Mar 12, 2009

How much time did you spend last year in waiting rooms?

Using the American Time Use Survey, I calculate that Americans age 15 and older collectively spent 847 million hours waiting for medical services to be provided in 2007. That’s a lot of bills to be delivered to health care providers.

Three percent of Americans traveled from their home to receive health care on any given day in 2007. The corresponding figures are 5 percent for women and 2 percent for men.

If you count health care-related activities writ large – including time traveling to a doctor, waiting to see a doctor, being examined and treated, taking medication, obtaining medical care for others, and paying bills – the average American spent 1.1 hours a week obtaining health care in 2007.

Not surprisingly, those over age 60 spent twice as much time obtaining medical care, on average, than did those age 15 to 60. Women spent about 70 percent more time on health care activities than men.

If we value all people’s time at the average hourly wage of production and nonsupervisory workers ($17.43 in 2007), Americans spent the equivalent of $240 billion on health care in 2007.

Put another way, omitting patients’ time caused national health care expenditures to be undercounted by 11 percent in 2007.

- A Hidden Cost of Health Care, Alan B. Krueger

Add to this that the amount of time we spend waiting to receive health care increases even as the cost of health care increases, and what you've got on your hands is a big, expensive mess.

I'm not exactly sure how this is a "hidden" cost of healthcare. Every time I have to mark against my sick time, or even my vacation time, because I had a dentist or doctor appointment and I have to take an additional hour here and there for time spent sitting in the waiting room, it's a cost that certainly isn't hidden from me. Since October I have had some 10 dentist visits to have a crown filled, a tooth pulled, a bone graft -- and will have several more once they put in the post and crown over the coming months. In addition to using all of my sick time last year, I also went through two of my five days of vacation time so that I could make it to all of my appointments. One more dentist appointment and I would have had my paycheck cut at the end of the year.

I agree that doctors should do more to monitor and improve wait times for their patients, but...what more? If we do keep medical records and doctors are already getting patients through the system as quickly as possible, what to do with all of those lost hours and all of that lost time or money? Compensate patients for time wasted in waiting rooms? Offer tax credits? What?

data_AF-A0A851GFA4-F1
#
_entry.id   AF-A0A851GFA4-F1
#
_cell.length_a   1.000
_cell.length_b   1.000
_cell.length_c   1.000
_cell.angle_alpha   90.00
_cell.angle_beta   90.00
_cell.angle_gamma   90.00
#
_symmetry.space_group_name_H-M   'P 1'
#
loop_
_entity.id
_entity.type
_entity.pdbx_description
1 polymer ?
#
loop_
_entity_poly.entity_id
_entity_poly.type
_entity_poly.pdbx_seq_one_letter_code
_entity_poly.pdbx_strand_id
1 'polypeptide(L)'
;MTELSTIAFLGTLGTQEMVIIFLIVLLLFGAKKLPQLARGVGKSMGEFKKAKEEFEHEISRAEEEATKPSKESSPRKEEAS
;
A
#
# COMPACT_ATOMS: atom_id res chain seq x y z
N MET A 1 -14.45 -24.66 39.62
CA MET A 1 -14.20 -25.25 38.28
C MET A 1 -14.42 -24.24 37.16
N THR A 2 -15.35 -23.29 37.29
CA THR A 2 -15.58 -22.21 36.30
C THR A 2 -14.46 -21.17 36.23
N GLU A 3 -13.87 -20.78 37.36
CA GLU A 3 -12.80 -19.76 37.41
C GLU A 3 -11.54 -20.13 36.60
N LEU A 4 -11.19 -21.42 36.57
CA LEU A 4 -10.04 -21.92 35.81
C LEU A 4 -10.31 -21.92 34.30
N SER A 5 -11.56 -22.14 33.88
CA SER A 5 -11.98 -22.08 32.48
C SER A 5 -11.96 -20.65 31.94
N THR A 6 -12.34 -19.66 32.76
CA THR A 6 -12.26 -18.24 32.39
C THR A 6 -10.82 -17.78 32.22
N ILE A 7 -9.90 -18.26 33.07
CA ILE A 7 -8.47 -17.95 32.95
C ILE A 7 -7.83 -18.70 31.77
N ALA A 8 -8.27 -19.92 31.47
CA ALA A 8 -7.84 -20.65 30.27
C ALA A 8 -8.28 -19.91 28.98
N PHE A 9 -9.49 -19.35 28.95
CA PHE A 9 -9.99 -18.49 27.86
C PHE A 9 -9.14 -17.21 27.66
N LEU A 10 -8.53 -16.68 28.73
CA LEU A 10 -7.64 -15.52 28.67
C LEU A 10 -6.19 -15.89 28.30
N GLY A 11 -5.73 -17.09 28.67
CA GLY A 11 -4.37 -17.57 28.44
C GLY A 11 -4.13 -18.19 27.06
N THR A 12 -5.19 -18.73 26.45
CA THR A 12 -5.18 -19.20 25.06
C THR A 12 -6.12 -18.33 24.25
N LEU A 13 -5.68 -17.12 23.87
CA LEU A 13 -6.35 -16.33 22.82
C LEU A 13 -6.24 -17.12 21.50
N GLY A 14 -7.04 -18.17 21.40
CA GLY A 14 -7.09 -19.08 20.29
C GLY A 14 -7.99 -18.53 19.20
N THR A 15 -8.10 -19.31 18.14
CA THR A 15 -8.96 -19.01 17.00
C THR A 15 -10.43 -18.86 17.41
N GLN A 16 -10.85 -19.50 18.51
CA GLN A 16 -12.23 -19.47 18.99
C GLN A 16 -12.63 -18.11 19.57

2 comments:

  1. I've been lucky enough to be on both ends of healthcare already and I have to say that it still sucks to wait, even when I know that the doctor in the back isn't just dicking around. Physicians and nurses have to deal with calls from patients and insurance companies, as well as sending faxes and writing letters to those companies just to re-authorize certain prescriptions. In the office I shadow in, I know they must cram in appointments early on to make sure they make up for no-shows and then leave a required amount of time in the afternoon for walk-ins who have mid-range emergencies.
    I don't know anything about economics, so I would have no idea how to deal with this problem! I DO know that I read an article recently in the NY Times that kind of upset me - it suggested that physicians should pay their patients for the time they have to spend away from their jobs in lost wages, etc. Honestly, that's ridiculous. I'm sure some doctors do waste time, but most do not intentionally keep people waiting and surely should not be responsible for the time you take out of a job you may have to come to them for advice on your medical problem. Yeesh.

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  2. Ellyyyyyssseeeee!!!!

    And, I don't really think having doctors pay their patients to wait would really solve any problems. That cost would just be added on someplace else, and the customer would end up paying for it anyhow. Plus, I think you're correct when you say most doctors can't help it when things back up. I *do* think some of the larger clinics schedule appointments too close together (something my neurologist complained of--she said that's why she went into private practice) in an effort to see more people in a day/make more money. But for the most part...I think that because there has been an increase in treatable illness, you see a lot more people going to doctors, a lot more regularly. Maybe there just aren't enough doctors for all the problems.

    I think employers should be required to give more sick time. I get four days for the entire year, and only acquire one per quarter, so anything over what I've accumulated in that particular quarter counts as vacation time. It would be great if I knew I could go to the doctor and wouldn't be paying for it out of my own pocket (again) for missing work later.

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